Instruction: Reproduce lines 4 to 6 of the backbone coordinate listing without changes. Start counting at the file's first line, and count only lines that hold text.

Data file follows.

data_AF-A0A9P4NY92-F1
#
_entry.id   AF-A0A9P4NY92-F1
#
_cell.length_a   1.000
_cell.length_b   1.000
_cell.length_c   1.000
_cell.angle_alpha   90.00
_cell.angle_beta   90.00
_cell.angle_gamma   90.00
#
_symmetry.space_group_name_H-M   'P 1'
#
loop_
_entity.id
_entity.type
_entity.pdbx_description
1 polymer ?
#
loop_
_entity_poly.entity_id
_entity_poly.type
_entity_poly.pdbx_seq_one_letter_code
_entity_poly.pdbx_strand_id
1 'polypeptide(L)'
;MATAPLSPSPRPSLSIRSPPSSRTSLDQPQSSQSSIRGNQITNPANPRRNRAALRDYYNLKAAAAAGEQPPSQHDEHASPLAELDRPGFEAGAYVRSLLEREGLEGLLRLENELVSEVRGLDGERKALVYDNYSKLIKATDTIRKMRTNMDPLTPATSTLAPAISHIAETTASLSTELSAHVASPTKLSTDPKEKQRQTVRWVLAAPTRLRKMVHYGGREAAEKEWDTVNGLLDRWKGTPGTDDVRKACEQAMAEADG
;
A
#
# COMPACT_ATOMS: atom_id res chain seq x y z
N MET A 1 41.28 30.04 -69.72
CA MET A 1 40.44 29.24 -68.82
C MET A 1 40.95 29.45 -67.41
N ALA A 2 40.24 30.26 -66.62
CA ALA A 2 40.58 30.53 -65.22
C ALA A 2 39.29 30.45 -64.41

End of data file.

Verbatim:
#
_cell.length_a   1.000
_cell.length_b   1.000